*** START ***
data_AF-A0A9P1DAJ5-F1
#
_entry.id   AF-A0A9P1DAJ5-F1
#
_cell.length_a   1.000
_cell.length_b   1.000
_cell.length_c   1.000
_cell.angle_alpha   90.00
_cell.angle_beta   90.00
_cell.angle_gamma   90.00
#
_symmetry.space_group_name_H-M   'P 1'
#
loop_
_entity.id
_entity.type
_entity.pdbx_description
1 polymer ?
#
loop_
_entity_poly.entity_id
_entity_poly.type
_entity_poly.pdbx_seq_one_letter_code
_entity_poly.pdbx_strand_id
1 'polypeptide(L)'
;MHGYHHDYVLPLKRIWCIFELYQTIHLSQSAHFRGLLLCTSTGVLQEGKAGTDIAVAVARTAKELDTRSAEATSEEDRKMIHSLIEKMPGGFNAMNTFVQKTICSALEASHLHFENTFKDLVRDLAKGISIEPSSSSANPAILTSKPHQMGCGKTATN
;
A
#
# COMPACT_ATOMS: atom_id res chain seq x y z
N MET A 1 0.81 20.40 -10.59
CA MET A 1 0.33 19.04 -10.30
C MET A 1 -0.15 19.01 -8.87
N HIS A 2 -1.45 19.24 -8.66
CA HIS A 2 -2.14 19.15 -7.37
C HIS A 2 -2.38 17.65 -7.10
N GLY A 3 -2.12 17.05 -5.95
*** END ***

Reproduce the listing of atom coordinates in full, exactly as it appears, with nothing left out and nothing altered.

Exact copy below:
data_AF-A0A9P1DAJ5-F1
#
_entry.id   AF-A0A9P1DAJ5-F1
#
_cell.length_a   1.000
_cell.length_b   1.000
_cell.length_c   1.000
_cell.angle_alpha   90.00
_cell.angle_beta   90.00
_cell.angle_gamma   90.00
#
_symmetry.space_group_name_H-M   'P 1'
#
loop_
_entity.id
_entity.type
_entity.pdbx_description
1 polymer ?
#
loop_
_entity_poly.entity_id
_entity_poly.type
_entity_poly.pdbx_seq_one_letter_code
_entity_poly.pdbx_strand_id
1 'polypeptide(L)'
;MHGYHHDYVLPLKRIWCIFELYQTIHLSQSAHFRGLLLCTSTGVLQEGKAGTDIAVAVARTAKELDTRSAEATSEEDRKMIHSLIEKMPGGFNAMNTFVQKTICSALEASHLHFENTFKDLVRDLAKGISIEPSSSSANPAILTSKPHQMGCGKTATN
;
A
#
# COMPACT_ATOMS: atom_id res chain seq x y z
N MET A 1 0.81 20.40 -10.59
CA MET A 1 0.33 19.04 -10.30
C MET A 1 -0.15 19.01 -8.87
N HIS A 2 -1.45 19.24 -8.66
CA HIS A 2 -2.14 19.15 -7.37
C HIS A 2 -2.38 17.65 -7.10
N GLY A 3 -2.12 17.05 -5.95